REVIEW: Mysterious Package Company’s ominous mailings offer fun that lurks outside the box

in Collectibles, Immersive, Merchandise

Subscription boxes come in many different styles, and themes.  Most are a collection of related swag tied to pop culture figures and genres. The Mysterious Package Company has unearthed a darker side to these immersive collections.

Similar to the Haunted Mansion “Ghost Post” packages, stocked with an assortment of related artifacts, the Canadian company curates creepy collections of various eerie electives.  These exciting experiences range from the macabre to the downright demonic. Nothing is random.

The service is limited to members only to maintain quality and keep contents from being revealed to those who have been gifted with a particular experience. Adventurous subscribers, or their designated recipients, can choose from several storylines. Each story is cleverly crafted and full of surprises.

Warning: Spoilers ahead!

Below, are a few enticing examples of these prepared packages. Additional adventures can be found on their website (membership fee is required). Subscriptions range from $99.99 to $249.99 per mailing.

The Demon Jar

This paranormal project is frightening enough to elicit a warning to ensure participants are at least sixteen years of age.

“There is a secret war being fought by evil forces that seek to subjugate humankind, and those that seek to protect it.” – Mysterious Package Company.

Zombies Rise

Deals with the after effects of the cold war and the rise of zombies.

The Lost Treasure of John Augur

This adventure is set in the eighteenth century. Centering on the collaboration of a band of pirates and a lost treasure, this mystery is expected begin shipping this month.

“The Mysterious Package Company provides unique and custom-made gifts delivered by mail, and wrapped in a hand-crafted experience unlike any other. Custom made crates, letters and telegrams from long-lost relatives, and seemingly innocuous newspaper clippings add a richness to the curious goods contained within. Each experience is uniquely tailored to each person.” -Mysterious Package Co. Facebook Page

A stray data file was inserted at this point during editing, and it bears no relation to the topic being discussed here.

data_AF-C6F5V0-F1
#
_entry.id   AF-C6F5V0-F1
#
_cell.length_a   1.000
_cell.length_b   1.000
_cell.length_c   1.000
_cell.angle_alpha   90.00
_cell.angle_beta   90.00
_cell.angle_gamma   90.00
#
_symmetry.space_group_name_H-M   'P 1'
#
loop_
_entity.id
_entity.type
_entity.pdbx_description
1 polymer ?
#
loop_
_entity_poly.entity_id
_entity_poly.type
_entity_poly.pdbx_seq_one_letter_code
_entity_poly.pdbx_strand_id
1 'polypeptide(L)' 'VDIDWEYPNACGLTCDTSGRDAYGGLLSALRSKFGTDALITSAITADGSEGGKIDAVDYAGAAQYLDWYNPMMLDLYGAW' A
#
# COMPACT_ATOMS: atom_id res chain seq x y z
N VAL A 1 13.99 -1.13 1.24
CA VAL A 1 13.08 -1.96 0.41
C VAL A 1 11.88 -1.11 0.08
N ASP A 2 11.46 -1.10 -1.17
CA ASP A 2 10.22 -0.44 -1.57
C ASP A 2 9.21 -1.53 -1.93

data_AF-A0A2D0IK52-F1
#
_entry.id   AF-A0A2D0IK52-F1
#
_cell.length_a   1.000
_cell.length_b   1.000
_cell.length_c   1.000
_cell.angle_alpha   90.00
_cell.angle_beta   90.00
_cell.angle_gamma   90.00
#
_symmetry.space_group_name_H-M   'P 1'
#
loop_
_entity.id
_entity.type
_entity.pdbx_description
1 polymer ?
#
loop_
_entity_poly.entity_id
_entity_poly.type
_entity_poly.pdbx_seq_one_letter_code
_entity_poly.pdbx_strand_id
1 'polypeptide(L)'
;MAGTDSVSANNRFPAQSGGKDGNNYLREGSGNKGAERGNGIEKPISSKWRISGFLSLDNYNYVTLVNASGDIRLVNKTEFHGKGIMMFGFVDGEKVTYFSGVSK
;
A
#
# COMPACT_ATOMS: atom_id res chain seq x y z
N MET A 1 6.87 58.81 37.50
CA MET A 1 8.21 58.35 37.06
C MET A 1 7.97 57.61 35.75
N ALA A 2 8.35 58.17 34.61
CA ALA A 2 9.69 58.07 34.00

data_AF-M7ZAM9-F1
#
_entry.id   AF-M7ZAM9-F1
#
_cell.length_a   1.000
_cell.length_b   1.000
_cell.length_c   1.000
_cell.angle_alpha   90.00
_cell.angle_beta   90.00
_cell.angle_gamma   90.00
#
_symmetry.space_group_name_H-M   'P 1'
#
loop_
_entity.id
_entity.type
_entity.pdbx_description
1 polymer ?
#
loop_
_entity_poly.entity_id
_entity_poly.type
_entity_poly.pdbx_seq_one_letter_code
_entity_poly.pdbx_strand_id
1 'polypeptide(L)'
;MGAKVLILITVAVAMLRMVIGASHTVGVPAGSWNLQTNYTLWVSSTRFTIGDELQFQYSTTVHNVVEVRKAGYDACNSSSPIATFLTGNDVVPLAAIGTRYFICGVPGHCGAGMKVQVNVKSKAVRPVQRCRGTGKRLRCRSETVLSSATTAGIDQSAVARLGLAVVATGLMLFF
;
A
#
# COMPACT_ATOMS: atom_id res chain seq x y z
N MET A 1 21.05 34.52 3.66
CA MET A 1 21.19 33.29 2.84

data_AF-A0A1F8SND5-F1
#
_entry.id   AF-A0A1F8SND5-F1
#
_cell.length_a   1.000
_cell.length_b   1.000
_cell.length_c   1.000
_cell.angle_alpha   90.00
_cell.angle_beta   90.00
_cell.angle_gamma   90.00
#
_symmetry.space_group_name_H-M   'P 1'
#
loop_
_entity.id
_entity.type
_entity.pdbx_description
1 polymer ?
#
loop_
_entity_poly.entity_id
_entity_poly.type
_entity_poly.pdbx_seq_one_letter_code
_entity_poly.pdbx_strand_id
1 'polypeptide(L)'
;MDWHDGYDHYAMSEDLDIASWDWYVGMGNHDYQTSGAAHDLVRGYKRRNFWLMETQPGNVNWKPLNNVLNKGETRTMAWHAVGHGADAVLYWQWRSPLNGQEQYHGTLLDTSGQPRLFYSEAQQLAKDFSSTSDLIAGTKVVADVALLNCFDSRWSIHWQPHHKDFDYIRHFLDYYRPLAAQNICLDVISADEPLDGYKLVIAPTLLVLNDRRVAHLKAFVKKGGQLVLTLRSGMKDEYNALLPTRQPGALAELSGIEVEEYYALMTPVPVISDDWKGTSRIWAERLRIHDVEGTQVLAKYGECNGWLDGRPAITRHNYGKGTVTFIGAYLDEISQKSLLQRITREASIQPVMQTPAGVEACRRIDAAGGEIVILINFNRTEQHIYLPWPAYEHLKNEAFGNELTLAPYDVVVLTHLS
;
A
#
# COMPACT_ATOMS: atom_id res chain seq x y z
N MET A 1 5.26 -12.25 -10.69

For those wanting to dip their toes in the water before committing to a more expensive option or just wanting a lighter experience, Mysterious Package Company offers a quarterly engagement.  “Curios & Conundrums” is billed as “A Subscription Box for the Literarily Deranged.” Each box contains a “peculiar periodical,” a collectible “artifact,” a papercraft “contraption” and more.


EVEN MORE SPOILERS AHEAD

A review of  this quarter’s issue of “Curious & Conundrums,” including content images follows below.  Do not proceed if you are a subscriber and are still awaiting your delivery or if you wish to be surprised by your subscription.

This month’s theme, “Gods of Madness” delves into the Victorian age fascination with madness. Stories in the colorful newspaper and corresponding collectibles rally around this theme. The Curator culled quite the collection this month.

In addition to the current issue of “Curious & Conundrums,” the following items were signed out of the Mysterious Package Company library:

My favorite items in this “episode” is the “Gruel Intentions” cookbook and the “Bedlam” pin.

Also included was a fun “tunnel book” that comes with the warning “Do not look too closely at the finished product.”

There’s a rather gruesome paper craft “contraption” depicting a subject with his feet to the flames.

Other items included a phrenology magnet and sample labels of various period pharmaceutical tinctures.

The centerpiece of this quarter’s collection is a replica of an Egyptian obelisk; possibly a harbinger of things to come.

The collection was fun and a delight to discover what was enclosed. Stories and adverts in the “Curios & Conundrums” periodical were informative and a bit unnerving. The presentation is wonderful: the box it self appears like a giant book, suitable for display. I’ve yet to discover the link between the obelisk and this month’s madness theme. In summary, a very imaginative and eerie distraction that has me eagerly awaiting the next arrival.

Source and Images: The Mysterious Package Company website and Facebook page.

Additional images: Michael Gavin

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